Sarawak's Iban leaders thank state govt for according Awang Raweng state funeral

Masing (second left) and Jaul (left) pay their last respects to Awang. — Borneo Post Online pic
Masing (second left) and Jaul (left) pay their last respects to Awang. — Borneo Post Online pic

KUCHING, Sept 21 — Sarawak’s Iban leaders thanked the state government for according a state funeral to former Iban tracker and the nation’s sole recipient of the George Cross gallantry medal, the late Datuk Awang Raweng, at the Heroes Memorial here.

Deputy Chief Minister Tan Sri Datuk Amar Dr James Masing said Awang deserved such honour not just for his bravery in the frontlines during the Emergency, but also his sacrifice for the security of the country.

“I’m very pleased that the state government is giving him a state funeral.

“He deserves it. He should be recognised, and he is the civilian given the highest honour of bravery — the George Cross,” he said.

Masing was speaking to reporters after paying his last respects to Awang at the wake in Kuching Civic Centre here yesterday.

Awang passed away on Friday (Sept 18) at his son’s residence in Sri Aman at around 2.15pm.

His body was brought to Kuching for burial at the Heroes Memorial today (Sept 21). It arrived from Sri Aman at the Kuching Civic Centre around noon yesterday.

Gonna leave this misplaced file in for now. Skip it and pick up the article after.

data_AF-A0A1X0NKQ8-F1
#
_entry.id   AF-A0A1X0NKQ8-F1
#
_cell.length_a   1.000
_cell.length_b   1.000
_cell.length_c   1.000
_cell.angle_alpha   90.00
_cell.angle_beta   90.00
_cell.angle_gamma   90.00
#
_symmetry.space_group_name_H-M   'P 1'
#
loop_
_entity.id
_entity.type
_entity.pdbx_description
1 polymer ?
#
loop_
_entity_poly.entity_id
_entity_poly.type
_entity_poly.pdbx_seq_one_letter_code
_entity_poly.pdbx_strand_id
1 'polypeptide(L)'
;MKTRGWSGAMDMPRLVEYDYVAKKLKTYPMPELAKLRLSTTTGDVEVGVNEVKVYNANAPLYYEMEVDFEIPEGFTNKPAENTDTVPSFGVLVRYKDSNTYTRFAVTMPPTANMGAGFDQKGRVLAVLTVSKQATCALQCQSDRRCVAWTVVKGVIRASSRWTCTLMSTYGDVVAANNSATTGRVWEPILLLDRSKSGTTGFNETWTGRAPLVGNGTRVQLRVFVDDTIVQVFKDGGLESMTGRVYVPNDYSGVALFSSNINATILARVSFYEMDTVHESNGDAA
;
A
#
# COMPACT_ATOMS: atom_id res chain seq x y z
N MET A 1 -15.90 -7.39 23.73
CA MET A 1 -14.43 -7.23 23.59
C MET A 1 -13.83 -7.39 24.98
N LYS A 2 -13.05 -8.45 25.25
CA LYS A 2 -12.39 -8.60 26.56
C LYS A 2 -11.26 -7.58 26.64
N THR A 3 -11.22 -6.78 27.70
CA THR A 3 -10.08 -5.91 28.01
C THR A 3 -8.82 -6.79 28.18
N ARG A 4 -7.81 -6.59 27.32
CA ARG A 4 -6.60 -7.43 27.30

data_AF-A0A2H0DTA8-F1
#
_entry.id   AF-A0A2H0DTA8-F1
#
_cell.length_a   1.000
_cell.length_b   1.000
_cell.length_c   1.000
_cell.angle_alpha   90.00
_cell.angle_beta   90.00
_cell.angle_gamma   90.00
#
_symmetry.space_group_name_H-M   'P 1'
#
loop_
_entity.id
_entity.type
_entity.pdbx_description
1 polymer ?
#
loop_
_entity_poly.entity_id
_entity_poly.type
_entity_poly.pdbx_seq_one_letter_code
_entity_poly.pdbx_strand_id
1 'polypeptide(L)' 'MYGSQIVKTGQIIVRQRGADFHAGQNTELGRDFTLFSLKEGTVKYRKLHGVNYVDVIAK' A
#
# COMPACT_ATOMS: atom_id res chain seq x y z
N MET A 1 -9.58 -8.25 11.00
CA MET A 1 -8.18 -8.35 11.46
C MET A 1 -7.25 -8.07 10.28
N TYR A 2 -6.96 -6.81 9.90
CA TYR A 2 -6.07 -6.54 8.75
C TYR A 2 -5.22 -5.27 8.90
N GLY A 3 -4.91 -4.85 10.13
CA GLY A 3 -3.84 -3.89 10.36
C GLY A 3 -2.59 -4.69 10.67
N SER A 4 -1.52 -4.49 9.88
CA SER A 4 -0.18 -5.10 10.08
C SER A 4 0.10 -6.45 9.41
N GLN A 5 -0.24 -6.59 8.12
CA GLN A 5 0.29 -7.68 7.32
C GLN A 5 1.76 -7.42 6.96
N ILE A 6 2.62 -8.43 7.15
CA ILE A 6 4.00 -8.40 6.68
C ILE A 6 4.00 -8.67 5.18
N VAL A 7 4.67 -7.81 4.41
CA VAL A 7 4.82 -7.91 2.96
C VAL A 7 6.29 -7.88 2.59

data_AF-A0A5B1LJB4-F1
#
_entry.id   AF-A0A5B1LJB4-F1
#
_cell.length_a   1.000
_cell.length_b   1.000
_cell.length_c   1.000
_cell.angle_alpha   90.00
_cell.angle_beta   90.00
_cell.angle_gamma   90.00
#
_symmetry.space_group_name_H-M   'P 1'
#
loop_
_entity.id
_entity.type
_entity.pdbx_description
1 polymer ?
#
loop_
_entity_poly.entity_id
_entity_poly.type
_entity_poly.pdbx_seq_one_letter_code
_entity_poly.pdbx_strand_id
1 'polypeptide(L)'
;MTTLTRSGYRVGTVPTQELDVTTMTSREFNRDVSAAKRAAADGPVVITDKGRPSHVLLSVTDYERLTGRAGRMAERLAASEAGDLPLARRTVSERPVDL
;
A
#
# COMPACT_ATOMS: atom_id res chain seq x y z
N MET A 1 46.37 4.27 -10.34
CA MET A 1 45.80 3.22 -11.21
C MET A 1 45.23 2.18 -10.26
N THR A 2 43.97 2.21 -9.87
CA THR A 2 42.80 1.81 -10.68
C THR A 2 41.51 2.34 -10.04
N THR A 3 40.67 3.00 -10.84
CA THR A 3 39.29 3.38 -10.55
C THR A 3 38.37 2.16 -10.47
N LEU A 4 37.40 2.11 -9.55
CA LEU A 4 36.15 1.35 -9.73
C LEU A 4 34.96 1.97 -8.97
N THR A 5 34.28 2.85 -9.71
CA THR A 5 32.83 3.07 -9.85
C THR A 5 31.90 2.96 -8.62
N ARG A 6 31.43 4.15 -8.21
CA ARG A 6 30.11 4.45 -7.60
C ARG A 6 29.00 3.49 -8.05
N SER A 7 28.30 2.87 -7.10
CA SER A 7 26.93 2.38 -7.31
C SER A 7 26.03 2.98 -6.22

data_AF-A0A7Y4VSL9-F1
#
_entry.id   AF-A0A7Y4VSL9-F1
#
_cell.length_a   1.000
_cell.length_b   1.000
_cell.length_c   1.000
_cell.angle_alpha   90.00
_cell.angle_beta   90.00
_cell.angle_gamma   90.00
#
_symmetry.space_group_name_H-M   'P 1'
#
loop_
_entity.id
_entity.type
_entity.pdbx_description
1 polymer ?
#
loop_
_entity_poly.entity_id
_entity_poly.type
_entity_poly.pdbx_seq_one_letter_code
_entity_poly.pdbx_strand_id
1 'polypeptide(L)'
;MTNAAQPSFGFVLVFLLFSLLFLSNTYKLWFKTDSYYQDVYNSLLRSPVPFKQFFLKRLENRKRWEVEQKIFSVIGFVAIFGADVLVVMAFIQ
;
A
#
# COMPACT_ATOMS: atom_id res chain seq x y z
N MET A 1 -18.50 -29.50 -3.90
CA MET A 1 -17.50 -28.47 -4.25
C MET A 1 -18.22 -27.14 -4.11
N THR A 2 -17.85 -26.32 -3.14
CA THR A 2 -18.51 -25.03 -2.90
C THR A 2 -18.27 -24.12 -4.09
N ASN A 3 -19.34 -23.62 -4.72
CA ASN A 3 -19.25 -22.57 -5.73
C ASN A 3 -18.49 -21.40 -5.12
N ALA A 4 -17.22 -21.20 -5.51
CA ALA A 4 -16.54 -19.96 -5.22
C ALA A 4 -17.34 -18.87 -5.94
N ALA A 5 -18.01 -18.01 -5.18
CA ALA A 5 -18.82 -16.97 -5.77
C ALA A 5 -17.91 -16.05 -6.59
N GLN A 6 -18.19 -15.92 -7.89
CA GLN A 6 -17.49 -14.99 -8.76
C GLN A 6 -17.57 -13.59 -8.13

“If he was an enlisted army in the British Forces he would earn a Victoria Cross, the highest medal in the Commonwealth. But because he was not an enlisted army member, he was known as a civilian, Iban tracker, so the highest honour would be the George Cross.

“Nonetheless, I’m very pleased that the state government honoured him by giving him a state funeral for what he had done,” added Masing.

Awang was awarded the George Cross — the second highest award in the United Kingdom’s honours system after the Victoria Cross — on Nov 20, 1951.

As a member of the Worcestershire Regiment, he fought off 50 communists while defending the position of an injured British soldier, Private G Hughes, in Johor in May that year, despite sustaining serious injuries himself.

In a previous interview, Awang had reportedly held a live grenade in his left hand after his right hand was severely injured in the gunfight, and dared the communists to attack him, subsequently holding them off and forcing them to withdraw, saving Private Hughes’ life in the process.

Prior to his death, the Nanga Skrang native was one of 20 surviving George Cross recipients in the Commonwealth, and the only one from Malaysia.

He had been entitled to meet Queen Elizabeth II at Buckingham Palace once every two years and received a tax-free annuity of about £1,300 from the British government.

He was awarded the Panglima Setia Bintang Sarawak award, which carries the title ‘Dato’, by Yang di-Pertua Negeri Tun Pehin Sri Abdul Taib Mahmud in conjunction with the Head of State’s 82nd birthday in 2018.

He was also conferred an honourary master’s degree in Education Strategy by Universiti Pertahanan Nasional Malaysia in 2015.